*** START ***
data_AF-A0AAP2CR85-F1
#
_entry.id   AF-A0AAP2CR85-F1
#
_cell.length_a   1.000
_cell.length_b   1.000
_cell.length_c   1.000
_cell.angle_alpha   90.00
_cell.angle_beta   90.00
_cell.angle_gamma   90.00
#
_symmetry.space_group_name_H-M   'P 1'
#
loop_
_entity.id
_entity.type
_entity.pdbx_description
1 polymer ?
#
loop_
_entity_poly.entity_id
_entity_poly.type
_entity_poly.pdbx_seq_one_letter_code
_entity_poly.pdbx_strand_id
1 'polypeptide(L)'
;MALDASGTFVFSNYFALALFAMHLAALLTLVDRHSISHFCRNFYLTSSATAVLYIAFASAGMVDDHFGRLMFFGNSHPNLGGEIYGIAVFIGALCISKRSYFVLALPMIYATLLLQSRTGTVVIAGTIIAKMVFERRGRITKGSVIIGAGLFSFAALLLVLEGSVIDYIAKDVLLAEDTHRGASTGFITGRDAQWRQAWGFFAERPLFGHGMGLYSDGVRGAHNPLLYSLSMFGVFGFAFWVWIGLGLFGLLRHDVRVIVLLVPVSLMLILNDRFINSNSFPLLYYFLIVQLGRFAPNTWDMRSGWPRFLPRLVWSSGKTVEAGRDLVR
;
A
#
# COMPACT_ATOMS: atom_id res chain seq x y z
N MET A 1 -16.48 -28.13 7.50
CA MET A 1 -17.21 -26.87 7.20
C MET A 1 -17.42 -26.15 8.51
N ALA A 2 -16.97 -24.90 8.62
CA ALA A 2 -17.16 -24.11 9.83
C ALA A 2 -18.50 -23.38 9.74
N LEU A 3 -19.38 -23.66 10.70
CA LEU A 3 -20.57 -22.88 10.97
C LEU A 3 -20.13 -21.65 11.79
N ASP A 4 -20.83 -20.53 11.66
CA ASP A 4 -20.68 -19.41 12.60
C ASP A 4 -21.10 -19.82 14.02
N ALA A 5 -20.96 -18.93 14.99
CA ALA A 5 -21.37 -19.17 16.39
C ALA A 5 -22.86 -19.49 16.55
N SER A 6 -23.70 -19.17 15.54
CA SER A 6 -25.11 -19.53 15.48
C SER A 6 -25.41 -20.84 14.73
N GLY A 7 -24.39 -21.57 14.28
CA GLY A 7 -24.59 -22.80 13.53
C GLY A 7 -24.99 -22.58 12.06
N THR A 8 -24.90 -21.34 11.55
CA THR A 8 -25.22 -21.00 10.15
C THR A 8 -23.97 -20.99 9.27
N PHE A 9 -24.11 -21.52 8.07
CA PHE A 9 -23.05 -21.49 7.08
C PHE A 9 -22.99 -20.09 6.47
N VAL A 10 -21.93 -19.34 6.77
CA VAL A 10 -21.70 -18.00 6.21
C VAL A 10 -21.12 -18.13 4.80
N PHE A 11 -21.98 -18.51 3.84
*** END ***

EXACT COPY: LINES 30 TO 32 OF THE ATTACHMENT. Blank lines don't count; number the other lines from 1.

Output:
# COMPACT_ATOMS: atom_id res chain seq x y z
N MET A 1 -16.48 -28.13 7.50
CA MET A 1 -17.21 -26.87 7.20